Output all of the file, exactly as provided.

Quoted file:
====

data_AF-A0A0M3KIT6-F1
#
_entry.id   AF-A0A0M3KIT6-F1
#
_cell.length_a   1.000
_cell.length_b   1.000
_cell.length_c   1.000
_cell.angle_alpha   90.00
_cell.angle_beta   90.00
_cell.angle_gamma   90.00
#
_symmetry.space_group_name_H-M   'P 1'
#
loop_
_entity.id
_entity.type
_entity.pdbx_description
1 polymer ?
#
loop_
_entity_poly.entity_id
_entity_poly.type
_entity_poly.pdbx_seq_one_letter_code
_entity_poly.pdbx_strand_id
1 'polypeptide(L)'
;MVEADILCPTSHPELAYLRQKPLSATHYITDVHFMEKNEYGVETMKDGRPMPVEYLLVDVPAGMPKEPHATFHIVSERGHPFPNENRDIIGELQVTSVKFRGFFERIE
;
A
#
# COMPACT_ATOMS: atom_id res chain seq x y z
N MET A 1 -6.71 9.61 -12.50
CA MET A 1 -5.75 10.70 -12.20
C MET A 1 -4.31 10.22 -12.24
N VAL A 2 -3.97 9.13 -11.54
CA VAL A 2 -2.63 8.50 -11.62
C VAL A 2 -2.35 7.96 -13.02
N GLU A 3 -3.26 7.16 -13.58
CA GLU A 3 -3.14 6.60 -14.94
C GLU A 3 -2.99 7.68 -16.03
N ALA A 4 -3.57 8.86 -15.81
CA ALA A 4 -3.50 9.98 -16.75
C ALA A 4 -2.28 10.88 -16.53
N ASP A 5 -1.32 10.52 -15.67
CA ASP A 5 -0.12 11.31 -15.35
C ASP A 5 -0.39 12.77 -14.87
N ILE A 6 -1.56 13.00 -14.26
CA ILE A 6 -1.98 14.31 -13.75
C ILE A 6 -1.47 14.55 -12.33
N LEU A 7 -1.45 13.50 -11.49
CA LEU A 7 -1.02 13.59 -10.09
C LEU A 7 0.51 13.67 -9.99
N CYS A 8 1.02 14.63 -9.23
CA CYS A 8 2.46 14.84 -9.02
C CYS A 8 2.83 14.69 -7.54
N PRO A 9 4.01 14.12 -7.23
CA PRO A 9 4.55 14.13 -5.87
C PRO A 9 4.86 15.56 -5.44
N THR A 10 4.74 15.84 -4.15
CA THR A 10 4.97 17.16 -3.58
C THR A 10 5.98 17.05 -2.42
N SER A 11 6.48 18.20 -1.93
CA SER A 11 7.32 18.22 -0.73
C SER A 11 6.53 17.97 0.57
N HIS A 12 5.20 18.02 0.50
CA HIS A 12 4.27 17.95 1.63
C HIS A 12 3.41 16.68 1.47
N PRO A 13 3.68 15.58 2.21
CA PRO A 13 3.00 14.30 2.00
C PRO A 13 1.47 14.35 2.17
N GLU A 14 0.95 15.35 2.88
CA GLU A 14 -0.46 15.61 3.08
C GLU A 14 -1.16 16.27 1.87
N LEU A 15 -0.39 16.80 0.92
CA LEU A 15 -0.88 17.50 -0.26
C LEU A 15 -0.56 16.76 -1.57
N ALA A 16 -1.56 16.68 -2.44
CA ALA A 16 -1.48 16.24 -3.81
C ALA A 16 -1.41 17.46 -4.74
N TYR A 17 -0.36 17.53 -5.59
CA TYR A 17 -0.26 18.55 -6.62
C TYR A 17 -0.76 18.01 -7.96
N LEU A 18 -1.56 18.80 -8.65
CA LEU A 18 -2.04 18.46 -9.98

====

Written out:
data_AF-A0A0M3KIT6-F1
#
_entry.id   AF-A0A0M3KIT6-F1
#
_cell.length_a   1.000
_cell.length_b   1.000
_cell.length_c   1.000
_cell.angle_alpha   90.00
_cell.angle_beta   90.00
_cell.angle_gamma   90.00
#
_symmetry.space_group_name_H-M   'P 1'
#
loop_
_entity.id
_entity.type
_entity.pdbx_description
1 polymer ?
#
loop_
_entity_poly.entity_id
_entity_poly.type
_entity_poly.pdbx_seq_one_letter_code
_entity_poly.pdbx_strand_id
1 'polypeptide(L)'
;MVEADILCPTSHPELAYLRQKPLSATHYITDVHFMEKNEYGVETMKDGRPMPVEYLLVDVPAGMPKEPHATFHIVSERGHPFPNENRDIIGELQVTSVKFRGFFERIE
;
A
#
# COMPACT_ATOMS: atom_id res chain seq x y z
N MET A 1 -6.71 9.61 -12.50
CA MET A 1 -5.75 10.70 -12.20
C MET A 1 -4.31 10.22 -12.24
N VAL A 2 -3.97 9.13 -11.54
CA VAL A 2 -2.63 8.50 -11.62
C VAL A 2 -2.35 7.96 -13.02
N GLU A 3 -3.26 7.16 -13.58
CA GLU A 3 -3.14 6.60 -14.94
C GLU A 3 -2.99 7.68 -16.03
N ALA A 4 -3.57 8.86 -15.81
CA ALA A 4 -3.50 9.98 -16.75
C ALA A 4 -2.28 10.88 -16.53
N ASP A 5 -1.32 10.52 -15.67
CA ASP A 5 -0.12 11.31 -15.35
C ASP A 5 -0.39 12.77 -14.87
N ILE A 6 -1.56 13.00 -14.26
CA ILE A 6 -1.98 14.31 -13.75
C ILE A 6 -1.47 14.55 -12.33
N LEU A 7 -1.45 13.50 -11.49
CA LEU A 7 -1.02 13.59 -10.09
C LEU A 7 0.51 13.67 -9.99
N CYS A 8 1.02 14.63 -9.23
CA CYS A 8 2.46 14.84 -9.02
C CYS A 8 2.83 14.69 -7.54
N PRO A 9 4.01 14.12 -7.23
CA PRO A 9 4.55 14.13 -5.87
C PRO A 9 4.86 15.56 -5.44
N THR A 10 4.74 15.84 -4.15
CA THR A 10 4.97 17.16 -3.58
C THR A 10 5.98 17.05 -2.42
N SER A 11 6.48 18.20 -1.93
CA SER A 11 7.32 18.22 -0.73
C SER A 11 6.53 17.97 0.57
N HIS A 12 5.20 18.02 0.50
CA HIS A 12 4.27 17.95 1.63
C HIS A 12 3.41 16.68 1.47
N PRO A 13 3.68 15.58 2.21
CA PRO A 13 3.00 14.30 2.00
C PRO A 13 1.47 14.35 2.17
N GLU A 14 0.95 15.35 2.88
CA GLU A 14 -0.46 15.61 3.08
C GLU A 14 -1.16 16.27 1.87
N LEU A 15 -0.39 16.80 0.92
CA LEU A 15 -0.88 17.50 -0.26
C LEU A 15 -0.56 16.76 -1.57
N ALA A 16 -1.56 16.68 -2.44
CA ALA A 16 -1.48 16.24 -3.81
C ALA A 16 -1.41 17.46 -4.74
N TYR A 17 -0.36 17.53 -5.59
CA TYR A 17 -0.26 18.55 -6.62
C TYR A 17 -0.76 18.01 -7.96
N LEU A 18 -1.56 18.80 -8.65
CA LEU A 18 -2.04 18.46 -9.98